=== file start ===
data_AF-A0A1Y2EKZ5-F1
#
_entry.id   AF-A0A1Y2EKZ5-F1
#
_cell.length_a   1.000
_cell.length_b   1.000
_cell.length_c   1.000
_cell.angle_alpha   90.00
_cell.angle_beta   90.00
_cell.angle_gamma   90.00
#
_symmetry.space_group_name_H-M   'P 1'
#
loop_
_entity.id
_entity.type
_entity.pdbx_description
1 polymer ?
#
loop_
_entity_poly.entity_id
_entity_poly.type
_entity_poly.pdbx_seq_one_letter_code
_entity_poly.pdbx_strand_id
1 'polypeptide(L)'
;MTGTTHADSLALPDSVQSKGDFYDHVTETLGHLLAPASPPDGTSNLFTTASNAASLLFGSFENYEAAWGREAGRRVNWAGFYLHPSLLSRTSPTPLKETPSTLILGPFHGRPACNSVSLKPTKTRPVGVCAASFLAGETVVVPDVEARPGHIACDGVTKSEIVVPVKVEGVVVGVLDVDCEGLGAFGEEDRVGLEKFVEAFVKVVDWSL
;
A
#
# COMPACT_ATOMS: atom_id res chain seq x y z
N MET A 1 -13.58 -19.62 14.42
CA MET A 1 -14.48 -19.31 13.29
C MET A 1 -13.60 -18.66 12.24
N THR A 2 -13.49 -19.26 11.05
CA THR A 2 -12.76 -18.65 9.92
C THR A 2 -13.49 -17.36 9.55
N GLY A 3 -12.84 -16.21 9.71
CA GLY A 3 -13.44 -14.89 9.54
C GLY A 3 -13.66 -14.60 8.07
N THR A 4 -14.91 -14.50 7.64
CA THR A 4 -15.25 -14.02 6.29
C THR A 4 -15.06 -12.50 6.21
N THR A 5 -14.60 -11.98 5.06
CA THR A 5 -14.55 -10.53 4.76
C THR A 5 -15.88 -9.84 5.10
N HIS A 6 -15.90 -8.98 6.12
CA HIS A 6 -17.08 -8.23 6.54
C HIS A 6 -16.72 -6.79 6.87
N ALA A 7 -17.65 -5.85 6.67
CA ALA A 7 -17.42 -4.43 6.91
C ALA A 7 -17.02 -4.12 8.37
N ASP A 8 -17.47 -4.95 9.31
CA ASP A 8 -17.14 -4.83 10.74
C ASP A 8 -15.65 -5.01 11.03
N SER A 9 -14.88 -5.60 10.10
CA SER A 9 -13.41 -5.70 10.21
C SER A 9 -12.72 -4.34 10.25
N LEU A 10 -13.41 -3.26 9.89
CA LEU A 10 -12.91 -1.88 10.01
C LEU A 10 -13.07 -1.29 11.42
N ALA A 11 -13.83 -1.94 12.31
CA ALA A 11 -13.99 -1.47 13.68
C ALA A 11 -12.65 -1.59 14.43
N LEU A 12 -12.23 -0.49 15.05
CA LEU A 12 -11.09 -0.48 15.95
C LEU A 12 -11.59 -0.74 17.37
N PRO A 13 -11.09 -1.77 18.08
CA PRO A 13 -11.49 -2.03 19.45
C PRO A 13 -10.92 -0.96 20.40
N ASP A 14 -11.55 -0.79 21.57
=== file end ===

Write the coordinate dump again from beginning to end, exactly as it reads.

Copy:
data_AF-A0A1Y2EKZ5-F1
#
_entry.id   AF-A0A1Y2EKZ5-F1
#
_cell.length_a   1.000
_cell.length_b   1.000
_cell.length_c   1.000
_cell.angle_alpha   90.00
_cell.angle_beta   90.00
_cell.angle_gamma   90.00
#
_symmetry.space_group_name_H-M   'P 1'
#
loop_
_entity.id
_entity.type
_entity.pdbx_description
1 polymer ?
#
loop_
_entity_poly.entity_id
_entity_poly.type
_entity_poly.pdbx_seq_one_letter_code
_entity_poly.pdbx_strand_id
1 'polypeptide(L)'
;MTGTTHADSLALPDSVQSKGDFYDHVTETLGHLLAPASPPDGTSNLFTTASNAASLLFGSFENYEAAWGREAGRRVNWAGFYLHPSLLSRTSPTPLKETPSTLILGPFHGRPACNSVSLKPTKTRPVGVCAASFLAGETVVVPDVEARPGHIACDGVTKSEIVVPVKVEGVVVGVLDVDCEGLGAFGEEDRVGLEKFVEAFVKVVDWSL
;
A
#
# COMPACT_ATOMS: atom_id res chain seq x y z
N MET A 1 -13.58 -19.62 14.42
CA MET A 1 -14.48 -19.31 13.29
C MET A 1 -13.60 -18.66 12.24
N THR A 2 -13.49 -19.26 11.05
CA THR A 2 -12.76 -18.65 9.92
C THR A 2 -13.49 -17.36 9.55
N GLY A 3 -12.84 -16.21 9.71
CA GLY A 3 -13.44 -14.89 9.54
C GLY A 3 -13.66 -14.60 8.07
N THR A 4 -14.91 -14.50 7.64
CA THR A 4 -15.25 -14.02 6.29
C THR A 4 -15.06 -12.50 6.21
N THR A 5 -14.60 -11.98 5.06
CA THR A 5 -14.55 -10.53 4.76
C THR A 5 -15.88 -9.84 5.10
N HIS A 6 -15.90 -8.98 6.12
CA HIS A 6 -17.08 -8.23 6.54
C HIS A 6 -16.72 -6.79 6.87
N ALA A 7 -17.65 -5.85 6.67
CA ALA A 7 -17.42 -4.43 6.91
C ALA A 7 -17.02 -4.12 8.37
N ASP A 8 -17.47 -4.95 9.31
CA ASP A 8 -17.14 -4.83 10.74
C ASP A 8 -15.65 -5.01 11.03
N SER A 9 -14.88 -5.60 10.10
CA SER A 9 -13.41 -5.70 10.21
C SER A 9 -12.72 -4.34 10.25
N LEU A 10 -13.41 -3.26 9.89
CA LEU A 10 -12.91 -1.88 10.01
C LEU A 10 -13.07 -1.29 11.42
N ALA A 11 -13.83 -1.94 12.31
CA ALA A 11 -13.99 -1.47 13.68
C ALA A 11 -12.65 -1.59 14.43
N LEU A 12 -12.23 -0.49 15.05
CA LEU A 12 -11.09 -0.48 15.95
C LEU A 12 -11.59 -0.74 17.37
N PRO A 13 -11.09 -1.77 18.08
CA PRO A 13 -11.49 -2.03 19.45
C PRO A 13 -10.92 -0.96 20.40
N ASP A 14 -11.55 -0.79 21.57